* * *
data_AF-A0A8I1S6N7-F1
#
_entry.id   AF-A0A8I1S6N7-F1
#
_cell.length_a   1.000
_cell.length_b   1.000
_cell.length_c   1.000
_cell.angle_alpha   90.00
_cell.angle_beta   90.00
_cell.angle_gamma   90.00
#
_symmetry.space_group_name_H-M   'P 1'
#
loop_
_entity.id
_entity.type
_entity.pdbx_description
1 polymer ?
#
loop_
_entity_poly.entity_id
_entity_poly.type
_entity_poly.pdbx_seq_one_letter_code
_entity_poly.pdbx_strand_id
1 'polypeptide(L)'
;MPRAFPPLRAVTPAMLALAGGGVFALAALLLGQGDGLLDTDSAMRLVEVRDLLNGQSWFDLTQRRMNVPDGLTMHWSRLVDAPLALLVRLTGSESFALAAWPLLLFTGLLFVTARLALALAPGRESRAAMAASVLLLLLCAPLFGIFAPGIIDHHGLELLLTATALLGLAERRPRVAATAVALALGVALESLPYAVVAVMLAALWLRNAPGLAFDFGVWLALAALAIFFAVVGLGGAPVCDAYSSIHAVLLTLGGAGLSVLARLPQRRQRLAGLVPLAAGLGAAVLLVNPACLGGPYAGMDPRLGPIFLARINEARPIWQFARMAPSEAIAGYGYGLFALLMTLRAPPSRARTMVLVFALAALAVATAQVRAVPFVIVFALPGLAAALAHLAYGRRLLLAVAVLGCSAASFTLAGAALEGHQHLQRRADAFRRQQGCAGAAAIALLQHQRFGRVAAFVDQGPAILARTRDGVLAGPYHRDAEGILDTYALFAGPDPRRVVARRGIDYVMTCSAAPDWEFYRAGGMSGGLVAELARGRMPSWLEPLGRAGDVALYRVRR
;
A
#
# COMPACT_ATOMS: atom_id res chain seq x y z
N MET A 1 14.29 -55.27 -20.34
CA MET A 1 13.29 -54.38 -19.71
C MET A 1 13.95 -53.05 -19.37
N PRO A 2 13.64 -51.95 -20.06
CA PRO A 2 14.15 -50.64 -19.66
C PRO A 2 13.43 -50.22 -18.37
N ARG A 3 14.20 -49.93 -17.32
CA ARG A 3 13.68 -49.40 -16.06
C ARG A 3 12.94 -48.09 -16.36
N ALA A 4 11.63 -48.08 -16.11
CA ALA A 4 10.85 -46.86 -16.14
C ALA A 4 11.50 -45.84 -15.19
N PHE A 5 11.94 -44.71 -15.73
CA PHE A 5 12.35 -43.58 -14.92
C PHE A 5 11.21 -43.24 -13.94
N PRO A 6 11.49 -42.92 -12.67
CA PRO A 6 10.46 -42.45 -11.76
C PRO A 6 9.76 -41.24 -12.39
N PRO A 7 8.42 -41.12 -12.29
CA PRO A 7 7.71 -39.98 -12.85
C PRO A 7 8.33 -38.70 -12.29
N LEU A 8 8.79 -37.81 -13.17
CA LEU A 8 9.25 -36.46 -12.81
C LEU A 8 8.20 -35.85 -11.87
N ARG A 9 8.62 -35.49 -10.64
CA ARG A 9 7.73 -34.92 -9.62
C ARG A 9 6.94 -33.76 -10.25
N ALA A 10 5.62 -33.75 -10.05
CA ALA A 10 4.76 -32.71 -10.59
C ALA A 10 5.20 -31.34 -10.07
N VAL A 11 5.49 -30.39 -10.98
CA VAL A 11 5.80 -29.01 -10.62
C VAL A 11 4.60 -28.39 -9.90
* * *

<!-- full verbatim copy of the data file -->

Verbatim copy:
data_AF-A0A8I1S6N7-F1
#
_entry.id   AF-A0A8I1S6N7-F1
#
_cell.length_a   1.000
_cell.length_b   1.000
_cell.length_c   1.000
_cell.angle_alpha   90.00
_cell.angle_beta   90.00
_cell.angle_gamma   90.00
#
_symmetry.space_group_name_H-M   'P 1'
#
loop_
_entity.id
_entity.type
_entity.pdbx_description
1 polymer ?
#
loop_
_entity_poly.entity_id
_entity_poly.type
_entity_poly.pdbx_seq_one_letter_code
_entity_poly.pdbx_strand_id
1 'polypeptide(L)'
;MPRAFPPLRAVTPAMLALAGGGVFALAALLLGQGDGLLDTDSAMRLVEVRDLLNGQSWFDLTQRRMNVPDGLTMHWSRLVDAPLALLVRLTGSESFALAAWPLLLFTGLLFVTARLALALAPGRESRAAMAASVLLLLLCAPLFGIFAPGIIDHHGLELLLTATALLGLAERRPRVAATAVALALGVALESLPYAVVAVMLAALWLRNAPGLAFDFGVWLALAALAIFFAVVGLGGAPVCDAYSSIHAVLLTLGGAGLSVLARLPQRRQRLAGLVPLAAGLGAAVLLVNPACLGGPYAGMDPRLGPIFLARINEARPIWQFARMAPSEAIAGYGYGLFALLMTLRAPPSRARTMVLVFALAALAVATAQVRAVPFVIVFALPGLAAALAHLAYGRRLLLAVAVLGCSAASFTLAGAALEGHQHLQRRADAFRRQQGCAGAAAIALLQHQRFGRVAAFVDQGPAILARTRDGVLAGPYHRDAEGILDTYALFAGPDPRRVVARRGIDYVMTCSAAPDWEFYRAGGMSGGLVAELARGRMPSWLEPLGRAGDVALYRVRR
;
A
#
# COMPACT_ATOMS: atom_id res chain seq x y z
N MET A 1 14.29 -55.27 -20.34
CA MET A 1 13.29 -54.38 -19.71
C MET A 1 13.95 -53.05 -19.37
N PRO A 2 13.64 -51.95 -20.06
CA PRO A 2 14.15 -50.64 -19.66
C PRO A 2 13.43 -50.22 -18.37
N ARG A 3 14.20 -49.93 -17.32
CA ARG A 3 13.68 -49.40 -16.06
C ARG A 3 12.94 -48.09 -16.36
N ALA A 4 11.63 -48.08 -16.11
CA ALA A 4 10.85 -46.86 -16.14
C ALA A 4 11.50 -45.84 -15.19
N PHE A 5 11.94 -44.71 -15.73
CA PHE A 5 12.35 -43.58 -14.92
C PHE A 5 11.21 -43.24 -13.94
N PRO A 6 11.49 -42.92 -12.67
CA PRO A 6 10.46 -42.45 -11.76
C PRO A 6 9.76 -41.24 -12.39
N PRO A 7 8.42 -41.12 -12.29
CA PRO A 7 7.71 -39.98 -12.85
C PRO A 7 8.33 -38.70 -12.29
N LEU A 8 8.79 -37.81 -13.17
CA LEU A 8 9.25 -36.46 -12.81
C LEU A 8 8.20 -35.85 -11.87
N ARG A 9 8.62 -35.49 -10.64
CA ARG A 9 7.73 -34.92 -9.62
C ARG A 9 6.94 -33.76 -10.25
N ALA A 10 5.62 -33.75 -10.05
CA ALA A 10 4.76 -32.71 -10.59
C ALA A 10 5.20 -31.34 -10.07
N VAL A 11 5.49 -30.39 -10.98
CA VAL A 11 5.80 -29.01 -10.62
C VAL A 11 4.60 -28.39 -9.90